Walk against warming was huge!
Last Saturday's Walk against Warming in Melbourne was huge! Some estimates put the numbers of people marching at over 30,000. It struck me as a lot more, as you can see from the photographs. The shot above was taken from the Flinders and Swanston Sts junction, and show that the march extended quite a way back down Swanston St.
When I was at the starting point at the Town Hall in Collins St – still waiting to start marching – it looked like the front of the march had extended up to Flinders St Station, with the bulk of the protesters still congregating along Swanston St.
There were some very interesting home-made placcards, including this one (left) calling for a Carbon Tax, and another calling for the Victorian government to fund/provide solar hot water heaters for all households in the state! I could live with both ideas, myself!
The rally finished up at Birrarung Marr, the park along the Yarra's banks. The photo below only shows a small portion of the crowd, gathering in front of the stage set up for the musicians and speakers.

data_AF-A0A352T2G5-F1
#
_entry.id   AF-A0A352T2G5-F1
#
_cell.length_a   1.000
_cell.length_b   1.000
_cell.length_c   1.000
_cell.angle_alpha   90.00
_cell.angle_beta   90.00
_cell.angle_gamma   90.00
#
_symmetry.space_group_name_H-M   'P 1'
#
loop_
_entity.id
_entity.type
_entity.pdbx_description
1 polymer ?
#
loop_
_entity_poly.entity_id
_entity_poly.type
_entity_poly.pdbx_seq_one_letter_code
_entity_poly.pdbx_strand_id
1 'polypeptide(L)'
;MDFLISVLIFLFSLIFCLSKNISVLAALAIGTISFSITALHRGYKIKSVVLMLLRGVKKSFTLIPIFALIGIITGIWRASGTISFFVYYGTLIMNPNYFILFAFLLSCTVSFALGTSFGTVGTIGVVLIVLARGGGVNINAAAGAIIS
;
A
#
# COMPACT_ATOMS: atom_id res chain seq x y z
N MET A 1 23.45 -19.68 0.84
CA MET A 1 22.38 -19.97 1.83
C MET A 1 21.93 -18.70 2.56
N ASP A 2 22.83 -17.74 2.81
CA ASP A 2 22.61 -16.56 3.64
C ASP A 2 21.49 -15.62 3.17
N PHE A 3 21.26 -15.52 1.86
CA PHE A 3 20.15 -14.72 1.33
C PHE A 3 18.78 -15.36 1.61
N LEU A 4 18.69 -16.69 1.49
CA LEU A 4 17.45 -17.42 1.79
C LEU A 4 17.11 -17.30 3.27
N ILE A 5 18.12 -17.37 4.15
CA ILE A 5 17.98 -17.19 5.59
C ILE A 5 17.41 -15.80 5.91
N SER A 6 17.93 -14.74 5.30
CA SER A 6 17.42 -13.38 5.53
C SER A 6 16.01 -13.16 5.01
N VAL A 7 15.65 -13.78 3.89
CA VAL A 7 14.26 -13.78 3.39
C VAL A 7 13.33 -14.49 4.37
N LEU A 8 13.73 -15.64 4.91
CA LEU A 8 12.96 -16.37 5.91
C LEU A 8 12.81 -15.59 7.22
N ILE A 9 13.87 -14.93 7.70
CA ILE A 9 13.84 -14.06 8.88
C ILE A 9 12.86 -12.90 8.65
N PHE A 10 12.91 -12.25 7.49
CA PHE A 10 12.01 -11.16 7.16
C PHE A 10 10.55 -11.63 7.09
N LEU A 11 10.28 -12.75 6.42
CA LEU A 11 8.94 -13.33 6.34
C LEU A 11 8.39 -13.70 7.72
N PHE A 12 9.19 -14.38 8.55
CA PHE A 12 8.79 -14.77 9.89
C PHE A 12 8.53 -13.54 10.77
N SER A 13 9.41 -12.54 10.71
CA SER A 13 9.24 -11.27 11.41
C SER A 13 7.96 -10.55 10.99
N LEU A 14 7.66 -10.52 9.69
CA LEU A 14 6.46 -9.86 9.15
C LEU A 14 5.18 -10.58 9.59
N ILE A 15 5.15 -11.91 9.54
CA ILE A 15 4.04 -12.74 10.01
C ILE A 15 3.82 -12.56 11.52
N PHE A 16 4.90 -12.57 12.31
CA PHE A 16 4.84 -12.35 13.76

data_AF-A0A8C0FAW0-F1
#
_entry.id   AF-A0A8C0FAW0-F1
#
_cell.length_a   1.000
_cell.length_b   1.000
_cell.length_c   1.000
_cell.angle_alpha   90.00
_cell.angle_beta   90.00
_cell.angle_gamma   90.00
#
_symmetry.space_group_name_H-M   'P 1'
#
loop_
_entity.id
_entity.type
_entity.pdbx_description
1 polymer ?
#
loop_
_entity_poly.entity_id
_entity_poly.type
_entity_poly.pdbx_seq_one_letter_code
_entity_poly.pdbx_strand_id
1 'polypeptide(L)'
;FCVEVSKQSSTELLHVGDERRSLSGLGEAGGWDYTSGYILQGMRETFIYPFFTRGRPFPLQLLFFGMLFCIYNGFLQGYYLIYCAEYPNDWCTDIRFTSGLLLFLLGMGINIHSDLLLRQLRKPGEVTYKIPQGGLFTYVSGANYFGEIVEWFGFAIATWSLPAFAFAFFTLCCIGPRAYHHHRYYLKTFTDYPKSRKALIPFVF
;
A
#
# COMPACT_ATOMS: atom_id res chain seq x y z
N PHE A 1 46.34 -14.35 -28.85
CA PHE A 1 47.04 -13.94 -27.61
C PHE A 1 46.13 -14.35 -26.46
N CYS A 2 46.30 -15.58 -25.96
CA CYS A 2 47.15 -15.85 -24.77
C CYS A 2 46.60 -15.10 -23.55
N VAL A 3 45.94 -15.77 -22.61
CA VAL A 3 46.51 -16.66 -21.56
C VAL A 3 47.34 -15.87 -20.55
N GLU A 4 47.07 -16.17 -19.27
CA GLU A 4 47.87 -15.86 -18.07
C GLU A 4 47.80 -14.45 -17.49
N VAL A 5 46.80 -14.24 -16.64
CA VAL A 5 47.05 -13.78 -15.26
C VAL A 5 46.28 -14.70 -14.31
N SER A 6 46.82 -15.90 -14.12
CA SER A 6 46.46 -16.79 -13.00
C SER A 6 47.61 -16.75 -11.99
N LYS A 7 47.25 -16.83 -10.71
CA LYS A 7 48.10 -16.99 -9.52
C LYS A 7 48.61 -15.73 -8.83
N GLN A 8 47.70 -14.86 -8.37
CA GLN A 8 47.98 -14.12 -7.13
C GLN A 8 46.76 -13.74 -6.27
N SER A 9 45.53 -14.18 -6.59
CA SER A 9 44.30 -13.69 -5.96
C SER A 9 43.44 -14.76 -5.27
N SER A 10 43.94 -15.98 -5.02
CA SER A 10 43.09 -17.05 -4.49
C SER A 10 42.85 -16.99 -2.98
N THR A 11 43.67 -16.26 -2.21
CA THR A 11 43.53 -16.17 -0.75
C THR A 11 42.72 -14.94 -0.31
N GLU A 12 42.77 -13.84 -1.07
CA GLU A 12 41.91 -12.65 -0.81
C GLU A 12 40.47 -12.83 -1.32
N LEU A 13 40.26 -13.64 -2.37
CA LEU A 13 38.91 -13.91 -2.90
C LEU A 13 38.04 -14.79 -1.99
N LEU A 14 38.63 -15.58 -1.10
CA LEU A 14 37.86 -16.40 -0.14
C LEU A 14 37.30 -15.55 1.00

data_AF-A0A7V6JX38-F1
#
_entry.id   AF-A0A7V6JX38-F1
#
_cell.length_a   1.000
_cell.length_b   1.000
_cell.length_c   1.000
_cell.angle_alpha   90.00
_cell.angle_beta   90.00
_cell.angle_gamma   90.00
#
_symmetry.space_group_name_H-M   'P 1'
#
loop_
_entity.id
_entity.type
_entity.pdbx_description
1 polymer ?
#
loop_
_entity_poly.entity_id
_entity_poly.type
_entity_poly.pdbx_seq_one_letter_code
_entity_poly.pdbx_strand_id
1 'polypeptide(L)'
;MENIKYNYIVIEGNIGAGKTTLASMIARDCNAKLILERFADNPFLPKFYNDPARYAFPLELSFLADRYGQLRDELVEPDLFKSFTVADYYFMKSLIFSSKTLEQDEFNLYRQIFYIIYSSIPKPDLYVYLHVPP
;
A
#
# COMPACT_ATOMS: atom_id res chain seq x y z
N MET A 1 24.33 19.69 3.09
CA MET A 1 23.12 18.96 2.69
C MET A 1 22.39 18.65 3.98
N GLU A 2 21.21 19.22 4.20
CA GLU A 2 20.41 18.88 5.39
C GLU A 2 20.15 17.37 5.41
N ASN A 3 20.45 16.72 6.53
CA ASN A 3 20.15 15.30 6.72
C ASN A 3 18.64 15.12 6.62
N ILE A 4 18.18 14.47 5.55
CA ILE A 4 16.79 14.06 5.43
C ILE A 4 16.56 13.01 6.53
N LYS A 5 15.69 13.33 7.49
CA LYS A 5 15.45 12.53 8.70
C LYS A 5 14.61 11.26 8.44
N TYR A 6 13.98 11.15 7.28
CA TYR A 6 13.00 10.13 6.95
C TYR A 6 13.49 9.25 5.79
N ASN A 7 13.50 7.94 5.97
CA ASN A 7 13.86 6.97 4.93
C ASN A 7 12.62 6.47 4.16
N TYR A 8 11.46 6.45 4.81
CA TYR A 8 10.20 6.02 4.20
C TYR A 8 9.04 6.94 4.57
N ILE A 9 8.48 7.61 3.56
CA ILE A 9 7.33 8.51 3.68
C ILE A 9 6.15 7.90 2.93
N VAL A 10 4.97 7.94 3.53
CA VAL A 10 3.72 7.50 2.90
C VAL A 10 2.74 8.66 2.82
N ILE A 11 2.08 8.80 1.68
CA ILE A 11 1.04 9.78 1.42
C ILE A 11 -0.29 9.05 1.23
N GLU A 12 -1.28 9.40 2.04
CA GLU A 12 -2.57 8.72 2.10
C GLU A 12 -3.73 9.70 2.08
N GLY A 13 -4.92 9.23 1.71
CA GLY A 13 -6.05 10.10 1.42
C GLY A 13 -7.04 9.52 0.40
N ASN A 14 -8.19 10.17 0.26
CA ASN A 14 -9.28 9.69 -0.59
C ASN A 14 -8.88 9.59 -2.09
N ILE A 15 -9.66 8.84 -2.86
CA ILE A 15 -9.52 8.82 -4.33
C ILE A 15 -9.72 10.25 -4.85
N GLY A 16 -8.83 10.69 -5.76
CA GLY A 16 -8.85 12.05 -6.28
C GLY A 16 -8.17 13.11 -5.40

The crowd extended along the bank, and ranged up the grassy slope that forms an ampitheatre to this space you see in the shot above, which is where I was. Some of the crown also sood on the pedestrian bridge that crossed the Yarra River near the park, with their banners stretched along the railings (see below). Unfortunately, I was too far away to really see or hear what was happening on stage, bar one of the speakers.
Yet, it was clear as day that so many thousands of people are concerned with global warming, and want some concerted, strong action on the part of our governments to introduce effective measures to cut greenhouse gas emissions, and reverse the effects of global warming! And they were truly a cross-section of our community.
I heard that the walks in other Australian cities were also quite successful, though I haven't heard specifics of the Sydney or Brisbane rallies. Paul at Two Peas, No Pod, has posted on the walk in Canberra, and links to a number of round-ups of the day.